To see if this field calls you, I would ask you to seek out and find that one person you always meant to have a conversation with.  He or she is someone who doesn’t look like you, doesn’t think like you, and perhaps prays to a supreme being differently than you.  For whatever reason, you didn’t know how to start the conversation.  Well, here’s how you do it:  just say, “Excuse me, but I always wanted to have a conversation with you, but I didn’t know how to start it.  Do I still have time?”

Lesson 2:  Involve yourself in something greater than your own self interest.

I was the Wing Commander at Kadena Air Base Japan in the late 1990s, in an era of tense relations with the local communities brought about by some misbehavior on the part of American forces.  We decided in 1998 to host the first Okinawa wide Special Olympics...and we did so with the fairly humble notion of bringing to Okinawa an important part of American culture; in their traditional culture they celebrate perfection, so at the time there was no public celebration for special needs children.

We worked through the planning for the better part of a year, but even though we were getting the polite Japanese “Hai”, we weren’t making much progress in commitments from the logical or prefectural governments.  I had several conversations with local businessmen who encouraged me to persevere, so I made a return trip to see Mayor Nakasone of Okinawa City, who I knew had a special needs son.  He is a man that I admire to this day, but our exchange was frank...rare for people of different cultures.  He told me that there was concern about the Special Olympics because of the fear that people would make fun of their children.  I was taken aback for a second, but then I explained the tradition of Special Olympics in the United States and how it was used to celebrate what people could do, not focus on what they couldn’t do.  He thought for a second, and then he said:  “General Smith-san, I still don’t understand Special Olympics, but I trust you.”  The next day I received a call from the Governor’s office offering full support.  Six months later we opened the first Okinawan Special Olympics...435 participants, Okinawan and American alike, with over 1500 volunteers supporting the event.  I can report that it has continued to grow every year, and now Okinawa sends athletes to the International Games. 

As a footnote, I will tell you that I treasure a photo from that first event...Mayor Nakasone was presenting a medal to one of the contestants.  In the background was her Mother, tears streaming down her face because it was the first time her daughter had ever stood in victory on stage.  The look on her face will be etched in my soul forever. 
These are the experiences that shape a lifetime...not promotions, ceremonies, medals or motorcades...involve yourself in something greater than your own self-interest and you will be rewarded in ways that you could never have imagined.

I tell you these stories because I embrace President Obama’s challenge for a new beginning with the world, especially the Islamic world...a relationship based on mutual interests, mutual trust and mutual respect.  The challenge for your generation will be to seek out opportunities for dialogue, to find ways of tearing down walls instead of building them up.  This is your most important challenge as a global citizen.

Lesson 3:  Life will not turn out the way you planned.  I know some of you are worried about the economy.  Some of you have a master plan for success.  Neither will workout exactly as you fear or as you have planned.

There is one missing element in my biography from that kind introduction:  I have lost my job twice in the last 10 years.  No, I did not always get the assignments I wanted while on active duty in the Air Force, but in every case an opportunity was presented that I did not appreciate at the time.  In the two cases where I became unemployed in the last decade, I found challenges that I did not know even existed.  In the second case, I found my way to New Hampshire, and for someone who has been a wandering nomad for 40 years, I’ve found home.  In addition, I found myself involved in supporting a candidate for President with whom I shared a vision for the national security of this country.  I would never have found either had I not first learned the meaning of leveraged buyout in my job in Kansas.  Every fork in the road provides an opportunity.  Learn to live with disappointment, but remember that the disappointment does not have to endure.  You can never give up.  Never give up.  Never give up.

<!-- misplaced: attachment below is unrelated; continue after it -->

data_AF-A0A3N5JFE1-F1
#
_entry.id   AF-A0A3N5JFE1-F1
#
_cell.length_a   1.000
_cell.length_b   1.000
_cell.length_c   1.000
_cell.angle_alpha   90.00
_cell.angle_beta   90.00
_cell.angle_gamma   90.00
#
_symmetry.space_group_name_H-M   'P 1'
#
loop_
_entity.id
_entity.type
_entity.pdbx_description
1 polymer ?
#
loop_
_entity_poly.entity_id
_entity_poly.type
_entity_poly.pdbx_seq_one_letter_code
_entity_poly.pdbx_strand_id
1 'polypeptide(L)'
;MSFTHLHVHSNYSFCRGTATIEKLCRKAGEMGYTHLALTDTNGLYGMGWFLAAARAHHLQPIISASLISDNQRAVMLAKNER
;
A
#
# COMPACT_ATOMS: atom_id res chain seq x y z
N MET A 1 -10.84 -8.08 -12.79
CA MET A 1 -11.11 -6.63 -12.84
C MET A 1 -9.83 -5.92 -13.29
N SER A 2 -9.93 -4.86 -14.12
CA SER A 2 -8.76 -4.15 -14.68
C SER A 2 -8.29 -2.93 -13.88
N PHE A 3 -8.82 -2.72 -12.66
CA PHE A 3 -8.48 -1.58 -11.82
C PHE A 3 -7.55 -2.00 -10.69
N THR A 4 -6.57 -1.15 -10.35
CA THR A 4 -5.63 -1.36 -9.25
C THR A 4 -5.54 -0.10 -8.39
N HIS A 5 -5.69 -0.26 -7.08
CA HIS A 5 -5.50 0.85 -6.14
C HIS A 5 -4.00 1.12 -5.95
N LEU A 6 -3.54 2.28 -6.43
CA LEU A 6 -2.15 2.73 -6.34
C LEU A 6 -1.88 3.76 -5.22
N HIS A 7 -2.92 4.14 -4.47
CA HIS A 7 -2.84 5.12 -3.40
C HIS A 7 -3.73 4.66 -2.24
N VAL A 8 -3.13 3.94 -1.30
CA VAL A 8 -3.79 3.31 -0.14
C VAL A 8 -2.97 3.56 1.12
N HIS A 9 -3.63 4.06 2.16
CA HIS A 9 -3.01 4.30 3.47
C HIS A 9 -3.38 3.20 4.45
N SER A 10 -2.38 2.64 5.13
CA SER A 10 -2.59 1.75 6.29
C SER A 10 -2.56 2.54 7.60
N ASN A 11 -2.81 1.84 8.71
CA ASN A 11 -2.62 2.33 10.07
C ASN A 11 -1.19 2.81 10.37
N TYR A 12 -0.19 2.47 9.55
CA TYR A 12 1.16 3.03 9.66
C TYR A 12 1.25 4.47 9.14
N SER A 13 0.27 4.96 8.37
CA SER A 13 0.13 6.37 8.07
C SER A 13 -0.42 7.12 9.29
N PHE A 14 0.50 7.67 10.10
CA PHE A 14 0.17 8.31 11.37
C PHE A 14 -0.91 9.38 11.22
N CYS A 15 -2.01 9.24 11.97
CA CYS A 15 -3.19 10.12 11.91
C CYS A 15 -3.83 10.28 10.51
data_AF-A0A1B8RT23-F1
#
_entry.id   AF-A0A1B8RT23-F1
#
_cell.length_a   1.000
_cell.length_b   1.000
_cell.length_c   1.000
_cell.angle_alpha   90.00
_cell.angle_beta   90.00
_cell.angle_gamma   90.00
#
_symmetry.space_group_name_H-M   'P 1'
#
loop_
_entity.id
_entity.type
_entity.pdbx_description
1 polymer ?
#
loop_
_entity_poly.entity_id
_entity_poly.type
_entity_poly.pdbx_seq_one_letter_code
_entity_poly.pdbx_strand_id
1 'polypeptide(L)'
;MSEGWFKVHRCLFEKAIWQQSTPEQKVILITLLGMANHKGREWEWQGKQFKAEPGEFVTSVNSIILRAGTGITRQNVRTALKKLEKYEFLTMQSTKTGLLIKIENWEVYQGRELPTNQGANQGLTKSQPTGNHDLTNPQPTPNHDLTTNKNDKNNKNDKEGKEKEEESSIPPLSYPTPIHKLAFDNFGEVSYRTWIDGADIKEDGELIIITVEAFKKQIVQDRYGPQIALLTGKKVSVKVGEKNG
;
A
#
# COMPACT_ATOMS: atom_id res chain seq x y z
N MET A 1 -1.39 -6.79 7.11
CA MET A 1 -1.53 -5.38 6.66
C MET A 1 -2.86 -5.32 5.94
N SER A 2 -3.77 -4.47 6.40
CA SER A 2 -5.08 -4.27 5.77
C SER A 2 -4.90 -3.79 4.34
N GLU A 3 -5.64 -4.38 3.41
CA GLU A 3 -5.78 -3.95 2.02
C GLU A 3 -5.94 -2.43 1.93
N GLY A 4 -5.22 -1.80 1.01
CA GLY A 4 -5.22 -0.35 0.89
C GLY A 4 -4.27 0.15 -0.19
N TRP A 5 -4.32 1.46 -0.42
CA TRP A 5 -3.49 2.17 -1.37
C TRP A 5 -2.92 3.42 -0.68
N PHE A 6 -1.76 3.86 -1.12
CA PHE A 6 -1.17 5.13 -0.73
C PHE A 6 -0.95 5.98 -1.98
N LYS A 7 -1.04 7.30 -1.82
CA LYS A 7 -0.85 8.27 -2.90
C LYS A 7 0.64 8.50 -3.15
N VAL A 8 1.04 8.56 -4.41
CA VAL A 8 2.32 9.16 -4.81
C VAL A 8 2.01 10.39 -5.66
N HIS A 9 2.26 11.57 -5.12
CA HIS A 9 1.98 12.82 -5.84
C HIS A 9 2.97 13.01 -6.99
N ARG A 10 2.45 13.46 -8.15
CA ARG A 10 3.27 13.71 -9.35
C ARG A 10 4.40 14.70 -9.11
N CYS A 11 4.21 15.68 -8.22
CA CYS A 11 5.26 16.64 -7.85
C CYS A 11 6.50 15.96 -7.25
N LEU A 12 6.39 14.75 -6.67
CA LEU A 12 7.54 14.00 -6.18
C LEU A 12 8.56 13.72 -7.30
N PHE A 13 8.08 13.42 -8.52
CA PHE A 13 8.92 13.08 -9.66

Finally, I’ll close Lesson 4:  Find out what gives you peace and protect it at all costs.  For some it’s family, for others its faith, still others escape to golf.  For me it’s the friendship of my wife, Janet, and we always seem to find spiritual relief watching a sunset together.  This is important because, going back to Lesson 3, things are not going to work out the way you think they should.  In my dark days I had her hand to hold, and we both knew it would be all right.  Find for yourself what gives you will need it.

I’ll close with a small bit of advice, but I do so with great trepidation, because I remember when I was in your seat and how reluctant I was to pay heed to strangers speaking at events like these.  But it is not my advice, for it comes from my favorite novel, ...Once An Eagle by Anton Myrer.  It tells the fictional story of Sam Damon, who grew up in Nebraska, fought in World War I and was awarded the Congressional Medal of Honor, served during the depressing interwar years, and served as a Division Commander in the Pacific during World War II.  The novel provides the reader a dramatic comparison of the careerist versus the professional soldier, and Sad Sam Damon embodies all the principles of the professional soldier.  At the end of the novel, just before the violent and sad ending, Damon is approached by the son of his former Assistant Division Commander who was killed in battle; the son, now a Lieutenant Colonel,  asks Damon for career advice...what should he do next?
Thinking for a moment, Sam Damon told him:  “given the choice between being a good soldier and a good human being, always be a good human being.”    This advice applies no matter if you are in hotel management, accounting, business, or the liberal arts.  It is your core that will keep you balanced, that will let you take advantage of the opportunities ahead.

You are global citizens to whom the world will look for answers.  I pray for your success.